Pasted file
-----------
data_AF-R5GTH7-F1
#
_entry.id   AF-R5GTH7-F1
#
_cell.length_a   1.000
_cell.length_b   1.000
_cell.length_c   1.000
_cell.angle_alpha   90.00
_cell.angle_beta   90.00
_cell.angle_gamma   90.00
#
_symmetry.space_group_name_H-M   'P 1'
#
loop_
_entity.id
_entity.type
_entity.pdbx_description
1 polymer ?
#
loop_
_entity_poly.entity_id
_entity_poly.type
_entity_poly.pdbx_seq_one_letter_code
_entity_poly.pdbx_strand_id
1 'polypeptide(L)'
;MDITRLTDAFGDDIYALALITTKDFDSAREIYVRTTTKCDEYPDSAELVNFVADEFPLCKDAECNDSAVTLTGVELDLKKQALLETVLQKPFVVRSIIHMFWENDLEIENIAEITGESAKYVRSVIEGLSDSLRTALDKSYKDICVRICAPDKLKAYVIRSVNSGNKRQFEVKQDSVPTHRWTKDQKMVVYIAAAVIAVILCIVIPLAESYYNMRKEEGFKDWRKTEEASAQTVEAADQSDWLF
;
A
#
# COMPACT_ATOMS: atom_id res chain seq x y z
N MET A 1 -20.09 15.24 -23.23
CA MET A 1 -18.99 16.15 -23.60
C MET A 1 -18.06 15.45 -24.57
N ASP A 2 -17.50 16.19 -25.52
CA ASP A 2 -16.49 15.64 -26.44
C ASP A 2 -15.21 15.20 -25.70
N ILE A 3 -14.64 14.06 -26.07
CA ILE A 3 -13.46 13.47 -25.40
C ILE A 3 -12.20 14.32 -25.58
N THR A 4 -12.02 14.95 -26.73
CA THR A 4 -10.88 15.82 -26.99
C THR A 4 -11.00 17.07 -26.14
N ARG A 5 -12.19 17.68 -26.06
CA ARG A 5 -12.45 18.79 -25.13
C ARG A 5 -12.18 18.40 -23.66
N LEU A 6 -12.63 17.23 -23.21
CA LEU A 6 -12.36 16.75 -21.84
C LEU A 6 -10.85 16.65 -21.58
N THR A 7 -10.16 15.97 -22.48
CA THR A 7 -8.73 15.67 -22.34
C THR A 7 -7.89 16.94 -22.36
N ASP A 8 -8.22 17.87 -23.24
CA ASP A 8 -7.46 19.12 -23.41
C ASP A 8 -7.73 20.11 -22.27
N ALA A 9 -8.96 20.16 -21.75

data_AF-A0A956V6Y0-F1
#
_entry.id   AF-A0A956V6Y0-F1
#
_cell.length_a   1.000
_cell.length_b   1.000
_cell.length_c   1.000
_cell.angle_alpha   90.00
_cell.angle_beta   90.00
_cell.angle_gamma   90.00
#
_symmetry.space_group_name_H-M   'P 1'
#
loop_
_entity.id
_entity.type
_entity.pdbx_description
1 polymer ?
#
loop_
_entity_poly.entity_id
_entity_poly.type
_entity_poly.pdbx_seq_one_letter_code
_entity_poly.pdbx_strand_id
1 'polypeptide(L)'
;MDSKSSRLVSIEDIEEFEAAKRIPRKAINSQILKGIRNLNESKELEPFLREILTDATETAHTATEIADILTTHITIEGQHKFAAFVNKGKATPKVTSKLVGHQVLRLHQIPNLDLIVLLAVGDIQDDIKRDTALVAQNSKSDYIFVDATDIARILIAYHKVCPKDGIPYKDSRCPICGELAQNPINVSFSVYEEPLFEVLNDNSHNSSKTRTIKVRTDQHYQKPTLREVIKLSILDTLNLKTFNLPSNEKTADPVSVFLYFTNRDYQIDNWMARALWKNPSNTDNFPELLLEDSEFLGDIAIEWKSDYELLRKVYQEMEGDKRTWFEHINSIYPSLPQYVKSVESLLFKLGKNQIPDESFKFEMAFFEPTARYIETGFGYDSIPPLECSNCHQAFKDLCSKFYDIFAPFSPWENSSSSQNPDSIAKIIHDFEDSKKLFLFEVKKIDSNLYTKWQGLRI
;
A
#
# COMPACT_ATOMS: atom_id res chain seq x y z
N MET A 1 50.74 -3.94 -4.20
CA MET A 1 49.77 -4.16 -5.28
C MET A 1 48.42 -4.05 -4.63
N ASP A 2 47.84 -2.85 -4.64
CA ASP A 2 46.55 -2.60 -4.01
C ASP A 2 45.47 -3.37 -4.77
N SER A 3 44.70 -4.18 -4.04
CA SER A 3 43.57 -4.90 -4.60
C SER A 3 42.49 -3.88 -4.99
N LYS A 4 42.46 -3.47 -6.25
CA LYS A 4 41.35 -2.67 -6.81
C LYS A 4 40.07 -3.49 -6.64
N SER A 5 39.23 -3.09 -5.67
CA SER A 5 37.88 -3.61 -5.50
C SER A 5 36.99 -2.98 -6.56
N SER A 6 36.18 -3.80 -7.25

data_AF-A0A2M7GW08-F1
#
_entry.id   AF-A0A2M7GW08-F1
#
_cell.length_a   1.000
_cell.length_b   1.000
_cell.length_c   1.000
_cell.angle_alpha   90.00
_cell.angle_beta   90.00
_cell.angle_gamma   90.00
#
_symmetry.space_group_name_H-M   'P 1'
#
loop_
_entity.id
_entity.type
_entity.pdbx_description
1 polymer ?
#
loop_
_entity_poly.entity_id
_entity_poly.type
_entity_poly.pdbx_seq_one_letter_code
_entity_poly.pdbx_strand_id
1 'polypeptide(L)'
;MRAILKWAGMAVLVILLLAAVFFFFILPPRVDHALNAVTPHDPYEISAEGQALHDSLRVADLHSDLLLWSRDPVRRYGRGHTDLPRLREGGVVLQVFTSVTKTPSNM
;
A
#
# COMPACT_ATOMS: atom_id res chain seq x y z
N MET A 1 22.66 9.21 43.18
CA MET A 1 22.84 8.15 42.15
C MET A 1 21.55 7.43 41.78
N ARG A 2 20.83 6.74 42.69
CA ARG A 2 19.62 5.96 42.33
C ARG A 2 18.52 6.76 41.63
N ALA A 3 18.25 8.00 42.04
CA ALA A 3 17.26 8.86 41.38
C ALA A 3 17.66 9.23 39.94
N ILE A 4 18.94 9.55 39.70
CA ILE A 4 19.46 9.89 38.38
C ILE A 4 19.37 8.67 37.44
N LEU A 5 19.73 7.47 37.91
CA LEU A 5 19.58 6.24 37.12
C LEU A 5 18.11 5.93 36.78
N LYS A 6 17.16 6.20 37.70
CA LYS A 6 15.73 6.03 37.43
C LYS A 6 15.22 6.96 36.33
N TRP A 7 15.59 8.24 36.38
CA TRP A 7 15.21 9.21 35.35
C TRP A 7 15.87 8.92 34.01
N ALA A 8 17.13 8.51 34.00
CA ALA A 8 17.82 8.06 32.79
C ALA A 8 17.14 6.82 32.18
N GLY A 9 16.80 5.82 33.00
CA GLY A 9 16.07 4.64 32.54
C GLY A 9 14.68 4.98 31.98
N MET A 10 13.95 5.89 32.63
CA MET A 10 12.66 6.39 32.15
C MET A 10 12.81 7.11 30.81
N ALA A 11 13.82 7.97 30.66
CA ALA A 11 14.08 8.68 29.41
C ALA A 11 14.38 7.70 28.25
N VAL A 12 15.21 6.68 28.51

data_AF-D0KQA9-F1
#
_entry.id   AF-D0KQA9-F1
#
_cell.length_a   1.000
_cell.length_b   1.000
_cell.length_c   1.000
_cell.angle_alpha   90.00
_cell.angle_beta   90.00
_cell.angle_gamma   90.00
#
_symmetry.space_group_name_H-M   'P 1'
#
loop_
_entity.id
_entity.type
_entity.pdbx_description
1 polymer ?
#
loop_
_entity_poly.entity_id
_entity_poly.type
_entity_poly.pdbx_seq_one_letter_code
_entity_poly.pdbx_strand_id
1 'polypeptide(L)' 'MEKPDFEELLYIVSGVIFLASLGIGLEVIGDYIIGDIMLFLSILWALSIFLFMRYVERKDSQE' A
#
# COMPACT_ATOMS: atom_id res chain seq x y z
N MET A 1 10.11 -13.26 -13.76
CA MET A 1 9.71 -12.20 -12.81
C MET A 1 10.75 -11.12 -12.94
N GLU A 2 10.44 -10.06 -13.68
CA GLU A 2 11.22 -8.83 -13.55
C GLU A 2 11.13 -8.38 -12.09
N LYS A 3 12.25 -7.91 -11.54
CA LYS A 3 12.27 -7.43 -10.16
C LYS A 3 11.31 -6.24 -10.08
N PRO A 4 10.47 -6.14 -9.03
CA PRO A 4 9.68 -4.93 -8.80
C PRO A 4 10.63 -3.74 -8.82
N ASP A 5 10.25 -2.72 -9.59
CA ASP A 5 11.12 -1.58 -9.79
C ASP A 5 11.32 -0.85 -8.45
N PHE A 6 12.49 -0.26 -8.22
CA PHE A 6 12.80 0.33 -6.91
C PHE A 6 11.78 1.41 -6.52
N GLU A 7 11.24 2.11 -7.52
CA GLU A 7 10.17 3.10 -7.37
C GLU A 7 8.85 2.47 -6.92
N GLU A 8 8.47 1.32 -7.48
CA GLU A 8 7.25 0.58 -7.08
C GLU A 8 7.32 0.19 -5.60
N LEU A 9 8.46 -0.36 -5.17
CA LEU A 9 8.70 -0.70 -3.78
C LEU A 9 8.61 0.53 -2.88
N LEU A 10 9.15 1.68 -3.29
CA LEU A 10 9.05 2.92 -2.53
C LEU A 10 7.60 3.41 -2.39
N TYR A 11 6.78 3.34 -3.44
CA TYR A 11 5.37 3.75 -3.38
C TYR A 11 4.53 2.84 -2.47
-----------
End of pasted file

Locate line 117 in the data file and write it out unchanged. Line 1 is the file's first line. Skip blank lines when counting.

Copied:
_entity.type